I don’t cope well with relationships either and enjoy spending time on my own. When my family say they love me, I can understand it on a rational level as in ‘I really care about you,’ but I don’t experience it as an emotion as others might do. I think the only time I’ve experienced what you might call ‘love’ is from animals. I still have trouble saying certain things to people, my communication skills are not the best, and I have found my words to be very direct and to the point. People say I need to elaborate more, but when I’ve been asked a question I give a direct answer. If you want something more, you would need to ask.
Anyway, SMIRA’s Facebook group has helped me get my own thoughts in order and write about my SM for the first time. I needed people to be caring and understanding, I was lucky to have that from my parents and immediate family, but I also had some people who weren’t. If I’m honest, I hold some resentment towards these people now. They did nothing to even try to help me, they were never there for me, they were not caring or understanding, they would complain about me without any understanding at all of what I was going through. There’s simply not enough awareness of selective mutism in society.
I’d now like to look into helping others in any way I can. If I could give anyone advice, it would be; show the person with SM that you care and that you are there for them. Don’t force them to speak, let them know that they are free to speak when they are ready. I wish I could offer more advice, but even I’m not sure what I could add to that. I’d like to know. I would like to thank the people who run SMIRA and contribute to it. I’m very interested in raising awareness, and thank you to anyone who took the time read all this. I woke up this morning with an urge to write something, and then when I started writing more and more words and thoughts came out. I have been keeping up to date with everything since I discovered SMIRA’s Facebook group. Keep up the good work!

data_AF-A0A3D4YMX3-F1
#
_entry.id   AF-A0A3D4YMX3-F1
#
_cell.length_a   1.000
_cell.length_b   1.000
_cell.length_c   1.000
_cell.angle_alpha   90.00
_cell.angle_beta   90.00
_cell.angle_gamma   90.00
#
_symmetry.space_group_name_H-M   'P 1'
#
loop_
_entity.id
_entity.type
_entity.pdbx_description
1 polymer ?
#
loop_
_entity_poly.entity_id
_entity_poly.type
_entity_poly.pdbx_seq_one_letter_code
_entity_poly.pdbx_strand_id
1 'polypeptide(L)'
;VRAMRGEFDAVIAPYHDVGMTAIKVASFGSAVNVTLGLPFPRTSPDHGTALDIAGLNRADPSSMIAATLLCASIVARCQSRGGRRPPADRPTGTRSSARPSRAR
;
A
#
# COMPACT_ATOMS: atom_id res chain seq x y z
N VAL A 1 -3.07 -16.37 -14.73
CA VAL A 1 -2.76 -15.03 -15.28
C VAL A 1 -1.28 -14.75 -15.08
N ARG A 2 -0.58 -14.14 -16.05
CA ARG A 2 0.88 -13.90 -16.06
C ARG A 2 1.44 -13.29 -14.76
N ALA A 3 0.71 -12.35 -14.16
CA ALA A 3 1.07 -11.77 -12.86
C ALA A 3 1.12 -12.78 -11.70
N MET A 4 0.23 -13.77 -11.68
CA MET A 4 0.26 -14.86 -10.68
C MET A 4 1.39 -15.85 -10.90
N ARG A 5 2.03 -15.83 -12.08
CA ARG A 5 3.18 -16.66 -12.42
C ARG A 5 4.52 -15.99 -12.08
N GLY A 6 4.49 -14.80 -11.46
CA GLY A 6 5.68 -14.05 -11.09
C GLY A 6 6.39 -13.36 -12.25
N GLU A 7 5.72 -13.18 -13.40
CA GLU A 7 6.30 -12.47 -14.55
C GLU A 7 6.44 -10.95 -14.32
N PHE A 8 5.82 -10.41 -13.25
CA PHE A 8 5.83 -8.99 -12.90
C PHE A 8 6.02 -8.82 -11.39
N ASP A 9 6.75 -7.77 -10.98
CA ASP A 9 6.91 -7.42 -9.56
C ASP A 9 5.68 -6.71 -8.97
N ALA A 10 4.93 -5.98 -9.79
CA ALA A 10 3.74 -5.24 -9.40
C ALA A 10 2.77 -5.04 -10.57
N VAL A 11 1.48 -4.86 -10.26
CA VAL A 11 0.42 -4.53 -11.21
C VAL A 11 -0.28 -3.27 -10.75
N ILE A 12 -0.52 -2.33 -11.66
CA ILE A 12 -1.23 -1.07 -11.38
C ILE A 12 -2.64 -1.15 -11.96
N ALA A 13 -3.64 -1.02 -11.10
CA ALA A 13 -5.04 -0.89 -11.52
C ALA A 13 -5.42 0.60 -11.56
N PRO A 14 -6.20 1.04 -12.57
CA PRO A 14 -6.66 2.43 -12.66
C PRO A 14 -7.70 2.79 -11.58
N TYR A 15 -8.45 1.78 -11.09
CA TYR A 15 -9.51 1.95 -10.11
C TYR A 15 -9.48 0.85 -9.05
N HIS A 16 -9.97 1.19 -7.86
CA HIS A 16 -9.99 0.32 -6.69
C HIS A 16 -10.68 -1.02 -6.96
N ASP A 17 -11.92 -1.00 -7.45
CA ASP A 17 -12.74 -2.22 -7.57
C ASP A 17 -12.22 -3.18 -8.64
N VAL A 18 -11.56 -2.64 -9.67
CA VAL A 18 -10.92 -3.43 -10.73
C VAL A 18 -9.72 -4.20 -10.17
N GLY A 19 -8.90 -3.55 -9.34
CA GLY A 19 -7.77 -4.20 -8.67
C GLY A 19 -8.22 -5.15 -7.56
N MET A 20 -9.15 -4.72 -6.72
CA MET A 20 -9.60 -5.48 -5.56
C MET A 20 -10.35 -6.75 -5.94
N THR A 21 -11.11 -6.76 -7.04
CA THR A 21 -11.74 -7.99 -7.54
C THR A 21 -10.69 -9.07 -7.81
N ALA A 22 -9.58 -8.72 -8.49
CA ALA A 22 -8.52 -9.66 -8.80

© James Redrup & SMIRA 2013
Shortly after writing this article James sadly passed away after a very short illness. This piece is reproduced with permission of James’ mother, who has added the following comments:
It means a lot to me that my boy’s ‘voice’ will be heard again. I’m so very proud of my boy. He did so much to overcome his SM without any help from outside agencies. They never diagnosed him and put it down to his hearing difficulties. I never really bought into that but I knew nothing of SM then. He was a very brave, gentle and wise soul, a real shining light to us all. I know he writes that he didn’t really feel the love, and I guess he possibly was mildly Aspergers, but he was loved and cherished without measure. I hope his words are of some help to others. – Donna Redrup